[cabfpub] Continuing the discussion on CAA

Jeremy Rowley jeremy.rowley at digicert.com
Wed Oct 26 02:54:40 UTC 2016

Although CAA was designed around DNS, the actual record isn’t relevant DNS information. Since CAA is a policy decision that is being included in DNS as a convenient means of dissemination, any suitable replacement should be just as good if it has the same reliability of conveying info as the DNS records. Therefore, the structure of CAA doesn’t necessarily need to reflect the structure of DNS.  What if the primary label just contained all the CAs authorized for the domain? A simpler way to do this would simply have the base domain indicate whether the policy applies to all other domains. This is already permitted in CAA with wildcards so simply adding a tag that specifies “apply to all domains” would be easier (Indeed – the spec is designed for this). How about PHB adds a tag of “base-approval=1” as a flag to indicate all superior labels are considered approved IF the flag is set. If the flag is not set, validation would have to occur at each node. 






From: Ryan Sleevi [mailto:sleevi at google.com] 
Sent: Tuesday, October 25, 2016 6:49 PM
To: Jeremy Rowley <jeremy.rowley at digicert.com>
Cc: Gervase Markham <gerv at mozilla.org>; public at cabforum.org
Subject: Re: [cabfpub] Continuing the discussion on CAA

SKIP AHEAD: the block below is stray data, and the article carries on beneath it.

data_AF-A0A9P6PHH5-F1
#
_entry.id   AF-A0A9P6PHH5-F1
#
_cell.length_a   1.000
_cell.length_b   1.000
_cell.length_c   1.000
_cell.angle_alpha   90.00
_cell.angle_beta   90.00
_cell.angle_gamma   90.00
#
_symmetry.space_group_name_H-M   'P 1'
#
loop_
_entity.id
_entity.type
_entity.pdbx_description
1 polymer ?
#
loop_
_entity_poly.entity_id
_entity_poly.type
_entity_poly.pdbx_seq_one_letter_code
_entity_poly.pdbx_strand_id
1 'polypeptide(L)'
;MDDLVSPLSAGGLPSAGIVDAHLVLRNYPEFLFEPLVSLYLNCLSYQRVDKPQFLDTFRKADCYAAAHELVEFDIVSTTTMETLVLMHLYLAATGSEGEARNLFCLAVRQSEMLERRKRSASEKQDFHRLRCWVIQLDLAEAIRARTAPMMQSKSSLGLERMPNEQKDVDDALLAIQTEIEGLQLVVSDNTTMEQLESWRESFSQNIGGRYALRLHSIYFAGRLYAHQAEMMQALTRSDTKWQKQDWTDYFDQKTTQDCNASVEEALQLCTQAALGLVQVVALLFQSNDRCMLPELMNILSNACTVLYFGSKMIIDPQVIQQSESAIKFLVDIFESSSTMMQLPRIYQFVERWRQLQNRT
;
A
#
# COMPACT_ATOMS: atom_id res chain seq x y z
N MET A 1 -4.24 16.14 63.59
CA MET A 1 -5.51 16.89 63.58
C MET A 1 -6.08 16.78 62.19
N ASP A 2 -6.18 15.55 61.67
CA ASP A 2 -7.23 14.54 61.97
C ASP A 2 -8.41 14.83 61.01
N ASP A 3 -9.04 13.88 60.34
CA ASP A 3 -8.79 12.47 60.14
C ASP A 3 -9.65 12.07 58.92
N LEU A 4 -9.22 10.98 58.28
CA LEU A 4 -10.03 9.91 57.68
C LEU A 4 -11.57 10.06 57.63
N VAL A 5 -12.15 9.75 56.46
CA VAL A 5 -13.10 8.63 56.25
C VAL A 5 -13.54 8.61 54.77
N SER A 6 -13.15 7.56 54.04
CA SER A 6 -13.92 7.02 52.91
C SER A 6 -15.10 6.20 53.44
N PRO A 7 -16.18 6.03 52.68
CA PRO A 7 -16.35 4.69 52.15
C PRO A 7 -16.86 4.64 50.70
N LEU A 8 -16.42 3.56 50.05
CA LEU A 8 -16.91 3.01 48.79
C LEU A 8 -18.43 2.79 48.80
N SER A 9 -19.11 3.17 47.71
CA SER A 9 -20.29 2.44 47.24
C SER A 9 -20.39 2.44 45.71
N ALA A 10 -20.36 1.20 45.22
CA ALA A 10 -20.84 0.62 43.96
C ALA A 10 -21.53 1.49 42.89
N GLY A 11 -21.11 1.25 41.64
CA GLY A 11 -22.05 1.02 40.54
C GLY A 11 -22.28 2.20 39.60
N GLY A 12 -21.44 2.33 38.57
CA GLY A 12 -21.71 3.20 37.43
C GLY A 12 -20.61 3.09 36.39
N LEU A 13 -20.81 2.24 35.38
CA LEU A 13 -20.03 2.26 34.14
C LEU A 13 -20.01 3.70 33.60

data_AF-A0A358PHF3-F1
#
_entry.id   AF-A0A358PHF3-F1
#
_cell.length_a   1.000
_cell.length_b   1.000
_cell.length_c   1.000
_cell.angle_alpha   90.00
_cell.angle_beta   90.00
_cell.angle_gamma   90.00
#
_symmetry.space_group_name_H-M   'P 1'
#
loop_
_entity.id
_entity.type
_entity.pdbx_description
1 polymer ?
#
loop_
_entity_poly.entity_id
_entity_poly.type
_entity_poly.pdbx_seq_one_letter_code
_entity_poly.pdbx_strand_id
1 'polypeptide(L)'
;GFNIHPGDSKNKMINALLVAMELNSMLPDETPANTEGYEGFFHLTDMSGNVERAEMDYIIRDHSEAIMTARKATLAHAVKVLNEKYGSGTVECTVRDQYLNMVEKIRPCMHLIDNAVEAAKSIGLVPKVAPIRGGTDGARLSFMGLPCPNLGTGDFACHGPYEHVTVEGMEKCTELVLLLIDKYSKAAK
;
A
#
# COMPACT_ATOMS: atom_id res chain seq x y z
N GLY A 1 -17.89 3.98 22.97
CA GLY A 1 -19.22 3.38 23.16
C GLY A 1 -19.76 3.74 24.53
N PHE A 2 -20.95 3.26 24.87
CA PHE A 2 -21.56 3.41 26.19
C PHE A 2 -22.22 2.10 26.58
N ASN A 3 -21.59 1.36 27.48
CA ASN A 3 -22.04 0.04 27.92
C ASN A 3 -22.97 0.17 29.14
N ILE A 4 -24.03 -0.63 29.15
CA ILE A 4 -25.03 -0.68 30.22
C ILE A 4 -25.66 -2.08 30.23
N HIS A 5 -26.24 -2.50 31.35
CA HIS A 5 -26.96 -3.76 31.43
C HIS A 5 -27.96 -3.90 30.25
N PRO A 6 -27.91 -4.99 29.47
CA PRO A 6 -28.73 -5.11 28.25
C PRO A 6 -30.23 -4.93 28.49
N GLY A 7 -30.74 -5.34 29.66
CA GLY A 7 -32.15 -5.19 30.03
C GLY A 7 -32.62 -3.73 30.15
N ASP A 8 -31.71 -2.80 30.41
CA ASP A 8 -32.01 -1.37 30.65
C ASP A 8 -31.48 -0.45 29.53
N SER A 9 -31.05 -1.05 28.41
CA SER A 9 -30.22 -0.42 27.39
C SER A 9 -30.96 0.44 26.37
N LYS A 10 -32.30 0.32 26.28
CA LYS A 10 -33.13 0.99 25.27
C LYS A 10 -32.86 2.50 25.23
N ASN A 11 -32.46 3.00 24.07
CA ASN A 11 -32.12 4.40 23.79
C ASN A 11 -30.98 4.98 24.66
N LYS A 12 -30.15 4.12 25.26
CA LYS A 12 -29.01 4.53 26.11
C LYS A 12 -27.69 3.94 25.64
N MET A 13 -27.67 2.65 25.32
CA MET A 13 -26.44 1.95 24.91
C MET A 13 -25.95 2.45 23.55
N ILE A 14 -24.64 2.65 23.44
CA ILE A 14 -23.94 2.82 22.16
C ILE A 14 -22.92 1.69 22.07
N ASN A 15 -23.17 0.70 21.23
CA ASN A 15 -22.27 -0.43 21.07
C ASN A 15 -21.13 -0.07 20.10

On Tue, Oct 25, 2016 at 4:26 PM, Jeremy Rowley via Public <public at cabforum.org <mailto:public at cabforum.org> > wrote:

Why not change how CAA so it works? Make it a base-domain check rather than a
hierarchy. Or have the base domain list all of the approved CAs? I realize
this will require a bis, but perhaps if the CAA record contained a "master
list" with a limit on who can approve at the base domain then that would work.
I was thinking of a system where you could specify the labelset property tag
applicable to the permission:

CAA 0 lbl=0 iodef "http://iodef.example.com/"

Where lbl is optional and defines the scope of the permission. This does put
the burden on the base domain holder to specify the acceptable root CAs, but
that burden is essentially already there with the permitted validation


The choice of how CAA was designed was to reflect how DNS works, and the DNS hierarchy. As proposed, this would allow, for example, the operators of .com, .cn, or .ru to restrict which CAs can be used within their countries - which, while perhaps possible today, is certainly not an intended use case for CAA. Unless, of course, you're suggesting it requires multiple labels - but now you're into the problem of determining scope of authority, which is an unsolved problem, if you're not explicitly working from the top down.


I'm not sure about your proposed syntax and how it maps into how CAA is defined, but that sounds like an even more substantive update that would necessitate fully replacing/obsoleting the existing CAA record.

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